If Congress thinks a bailout of General Motors is expensive, it should consider the cost of a GM failure.
Let's be clear. The alternative to government cash for GM is not a dreamy Chapter 11 filing, a reorganization that puts dealers and the UAW in their place, ensuring future success.
No, even if GM could get debtor-in-possession financing to keep the lights on (which it can't), Chapter 11 means a collapse of sales and a spiral into a Chapter 7 liquidation.
GM's 100,000 American jobs will die. Health care for a million Americans will be lost or at risk. Hundreds of GM's 1,300 suppliers will die. Their collapse could take down Ford Motor Co. and Chrysler LLC, perhaps even North American transplants. Dealers in every county of America will close.
The government will face greater unemployment, more Americans without health insurance and greater pension liabilities.
Criticize Detroit 3 executives all you want. But the issue today is not whether GM should have closed Buick years ago, been tougher with the UAW or supported higher fuel economy standards.
In the next two to four months, GM will run out of cash and turn out the lights. Only government money can prevent that. Every other alternative is fantasy.
The $25 billion in loans that Congress approved to partially fund improvements in fuel economy? Irrelevant. Dead automakers do not invest in technology.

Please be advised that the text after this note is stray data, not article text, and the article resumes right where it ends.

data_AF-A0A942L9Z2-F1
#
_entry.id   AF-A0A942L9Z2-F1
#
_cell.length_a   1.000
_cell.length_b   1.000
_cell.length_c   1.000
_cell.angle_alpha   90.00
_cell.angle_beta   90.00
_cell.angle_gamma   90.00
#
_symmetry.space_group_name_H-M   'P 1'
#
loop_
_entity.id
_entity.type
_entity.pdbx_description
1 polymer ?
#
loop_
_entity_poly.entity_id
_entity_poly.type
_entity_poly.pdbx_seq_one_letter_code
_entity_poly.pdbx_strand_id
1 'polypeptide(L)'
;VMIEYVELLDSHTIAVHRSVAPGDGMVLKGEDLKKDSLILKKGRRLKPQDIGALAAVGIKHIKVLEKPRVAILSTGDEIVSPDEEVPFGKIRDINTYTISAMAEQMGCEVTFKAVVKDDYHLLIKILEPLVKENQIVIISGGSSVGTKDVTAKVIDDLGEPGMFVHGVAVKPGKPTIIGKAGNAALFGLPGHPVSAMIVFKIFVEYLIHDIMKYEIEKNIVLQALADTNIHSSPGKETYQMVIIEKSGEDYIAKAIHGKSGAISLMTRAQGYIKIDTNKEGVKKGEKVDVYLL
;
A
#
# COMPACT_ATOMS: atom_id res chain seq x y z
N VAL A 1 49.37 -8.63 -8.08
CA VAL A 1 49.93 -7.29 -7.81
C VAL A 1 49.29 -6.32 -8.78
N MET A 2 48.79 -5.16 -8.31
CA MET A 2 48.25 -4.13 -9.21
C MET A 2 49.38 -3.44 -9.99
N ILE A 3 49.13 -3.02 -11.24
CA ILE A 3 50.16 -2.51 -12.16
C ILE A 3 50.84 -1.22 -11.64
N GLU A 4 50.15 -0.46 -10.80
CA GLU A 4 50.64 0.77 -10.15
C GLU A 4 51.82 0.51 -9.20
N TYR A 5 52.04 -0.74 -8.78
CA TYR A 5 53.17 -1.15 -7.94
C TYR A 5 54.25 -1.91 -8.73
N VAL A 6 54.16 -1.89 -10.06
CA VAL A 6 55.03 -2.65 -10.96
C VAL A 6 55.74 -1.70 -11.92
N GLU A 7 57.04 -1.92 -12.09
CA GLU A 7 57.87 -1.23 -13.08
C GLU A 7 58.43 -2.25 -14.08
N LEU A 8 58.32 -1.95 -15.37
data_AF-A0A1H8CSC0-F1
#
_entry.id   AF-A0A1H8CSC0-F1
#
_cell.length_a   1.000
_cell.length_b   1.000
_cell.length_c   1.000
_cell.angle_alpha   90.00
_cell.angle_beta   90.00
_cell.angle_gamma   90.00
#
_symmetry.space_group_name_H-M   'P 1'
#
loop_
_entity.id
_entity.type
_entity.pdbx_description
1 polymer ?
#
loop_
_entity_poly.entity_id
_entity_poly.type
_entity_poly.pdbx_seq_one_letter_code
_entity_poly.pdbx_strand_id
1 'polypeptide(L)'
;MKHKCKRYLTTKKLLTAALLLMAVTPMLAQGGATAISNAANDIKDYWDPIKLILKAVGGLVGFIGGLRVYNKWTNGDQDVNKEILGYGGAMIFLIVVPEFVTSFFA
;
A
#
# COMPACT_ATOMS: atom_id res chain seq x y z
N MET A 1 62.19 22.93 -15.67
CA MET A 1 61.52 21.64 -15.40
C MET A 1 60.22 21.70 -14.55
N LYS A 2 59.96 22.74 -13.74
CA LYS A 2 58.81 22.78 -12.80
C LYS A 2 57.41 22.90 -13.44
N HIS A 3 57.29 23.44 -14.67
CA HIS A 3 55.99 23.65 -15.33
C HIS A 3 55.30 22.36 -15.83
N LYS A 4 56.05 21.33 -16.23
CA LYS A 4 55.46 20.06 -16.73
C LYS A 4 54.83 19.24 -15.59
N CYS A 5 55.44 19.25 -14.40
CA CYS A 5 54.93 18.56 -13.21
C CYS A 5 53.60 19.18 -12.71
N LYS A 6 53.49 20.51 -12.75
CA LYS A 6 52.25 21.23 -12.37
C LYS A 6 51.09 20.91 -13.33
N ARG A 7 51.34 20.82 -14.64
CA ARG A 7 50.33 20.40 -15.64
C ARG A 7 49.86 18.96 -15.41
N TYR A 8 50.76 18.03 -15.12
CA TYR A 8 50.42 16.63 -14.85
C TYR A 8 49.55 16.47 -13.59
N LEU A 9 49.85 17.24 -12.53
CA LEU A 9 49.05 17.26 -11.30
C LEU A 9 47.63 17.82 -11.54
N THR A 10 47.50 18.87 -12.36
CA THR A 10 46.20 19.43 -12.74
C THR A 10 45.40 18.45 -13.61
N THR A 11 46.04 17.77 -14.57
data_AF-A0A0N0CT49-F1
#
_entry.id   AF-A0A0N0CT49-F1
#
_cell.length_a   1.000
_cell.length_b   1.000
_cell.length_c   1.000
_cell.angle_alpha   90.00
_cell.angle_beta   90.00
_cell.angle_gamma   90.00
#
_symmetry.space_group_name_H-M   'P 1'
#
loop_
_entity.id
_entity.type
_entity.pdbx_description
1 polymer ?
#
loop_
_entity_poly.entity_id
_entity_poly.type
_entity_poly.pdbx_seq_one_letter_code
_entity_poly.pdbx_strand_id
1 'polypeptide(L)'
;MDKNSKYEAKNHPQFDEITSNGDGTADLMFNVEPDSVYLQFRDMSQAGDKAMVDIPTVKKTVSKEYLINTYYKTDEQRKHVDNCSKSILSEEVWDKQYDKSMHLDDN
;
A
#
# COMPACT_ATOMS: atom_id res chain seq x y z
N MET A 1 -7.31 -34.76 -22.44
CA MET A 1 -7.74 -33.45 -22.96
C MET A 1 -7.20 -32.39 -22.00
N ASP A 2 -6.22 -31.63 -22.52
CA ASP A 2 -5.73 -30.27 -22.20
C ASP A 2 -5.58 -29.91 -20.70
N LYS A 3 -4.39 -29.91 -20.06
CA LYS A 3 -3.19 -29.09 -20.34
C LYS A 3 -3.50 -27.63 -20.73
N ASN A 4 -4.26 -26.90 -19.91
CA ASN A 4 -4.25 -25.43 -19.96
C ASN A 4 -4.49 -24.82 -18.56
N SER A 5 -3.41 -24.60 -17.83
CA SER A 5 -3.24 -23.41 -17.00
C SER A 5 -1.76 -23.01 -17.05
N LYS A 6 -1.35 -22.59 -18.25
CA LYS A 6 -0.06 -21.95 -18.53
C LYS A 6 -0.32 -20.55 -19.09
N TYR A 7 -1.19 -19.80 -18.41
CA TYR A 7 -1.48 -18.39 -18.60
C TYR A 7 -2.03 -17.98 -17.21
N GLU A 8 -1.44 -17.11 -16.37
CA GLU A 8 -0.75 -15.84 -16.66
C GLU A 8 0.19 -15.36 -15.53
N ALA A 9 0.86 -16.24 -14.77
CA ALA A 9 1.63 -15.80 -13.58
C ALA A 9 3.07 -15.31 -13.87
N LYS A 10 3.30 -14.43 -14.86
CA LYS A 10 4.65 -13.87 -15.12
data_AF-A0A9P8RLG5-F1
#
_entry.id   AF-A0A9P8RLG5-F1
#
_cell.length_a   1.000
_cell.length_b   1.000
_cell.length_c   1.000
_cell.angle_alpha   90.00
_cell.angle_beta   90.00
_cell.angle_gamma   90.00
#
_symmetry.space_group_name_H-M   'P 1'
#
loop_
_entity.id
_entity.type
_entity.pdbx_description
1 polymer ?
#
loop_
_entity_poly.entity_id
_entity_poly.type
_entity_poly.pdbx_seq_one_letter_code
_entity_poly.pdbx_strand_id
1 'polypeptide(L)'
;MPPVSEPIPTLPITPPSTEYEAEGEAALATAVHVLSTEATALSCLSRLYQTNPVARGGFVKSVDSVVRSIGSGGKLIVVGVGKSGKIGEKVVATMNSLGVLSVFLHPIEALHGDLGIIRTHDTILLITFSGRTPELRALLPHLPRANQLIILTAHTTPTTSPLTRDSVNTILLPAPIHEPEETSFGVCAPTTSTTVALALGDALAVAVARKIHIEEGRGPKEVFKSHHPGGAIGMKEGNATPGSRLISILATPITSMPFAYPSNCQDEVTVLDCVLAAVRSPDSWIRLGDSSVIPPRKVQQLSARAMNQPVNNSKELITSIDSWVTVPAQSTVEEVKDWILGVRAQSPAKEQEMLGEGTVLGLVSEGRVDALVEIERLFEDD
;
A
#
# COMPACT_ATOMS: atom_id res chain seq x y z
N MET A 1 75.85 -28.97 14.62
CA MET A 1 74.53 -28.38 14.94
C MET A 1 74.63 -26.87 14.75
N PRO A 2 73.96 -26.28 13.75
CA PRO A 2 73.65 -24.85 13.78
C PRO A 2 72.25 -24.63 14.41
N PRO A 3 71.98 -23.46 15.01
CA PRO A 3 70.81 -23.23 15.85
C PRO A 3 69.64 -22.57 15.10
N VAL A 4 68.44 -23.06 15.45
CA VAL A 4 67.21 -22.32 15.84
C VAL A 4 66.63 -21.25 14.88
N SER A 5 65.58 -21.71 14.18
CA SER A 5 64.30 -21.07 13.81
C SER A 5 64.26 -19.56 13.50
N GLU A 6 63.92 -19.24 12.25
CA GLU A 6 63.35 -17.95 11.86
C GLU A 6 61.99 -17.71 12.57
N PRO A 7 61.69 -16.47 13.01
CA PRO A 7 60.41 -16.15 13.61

The collapse of the global financial system has crushed the American car market, dried up revenues for the Detroit 3 and highlighted their weaknesses.
Each of the Detroit 3 is in crisis. But Ford, which borrowed big two years ago and thus has more cash today, may skip a bailout and the strings attached. Cerberus, which bought Chrysler last year, doesn't deserve money. Government cash might help sell Chrysler to a strategic owner.
Some Detroit critics want their pound of flesh: Throw the bums out and install a government czar. Treasury Secretary Henry Paulson won't use any of his $700 billion bank bailout money to help manufacturers. In any case, he'd need a guarantee that a bailout would make Detroit "viable."
Well, nobody -- not even AIG -- is insuring guarantees for viability.
The taxpayer needs protection and an upside. GM's top management may need to go. Government-as-shareholder deserves a big voice. Those details can be worked out.
The Detroit 3 CEOs and UAW President Ron Gettelfinger had better tell two critical congressional hearings next week what sacrifices they are prepared to make.
But the stark fact remains: Absent a bailout, GM dies, and with it much of manufacturing in America. Congress needs to do the right thing -- now.
Founded in 1925, Automotive News is the newspaper of the automotive industry. The tabloid newsweekly and its web site, autonews.com, is read by North American car and truck manufacturers, their franchised dealers, and original-equipment suppliers. It is published by Crain Communications Inc.
Keith Crain -- publisher
Peter Brown -- associate publisher and editorial director
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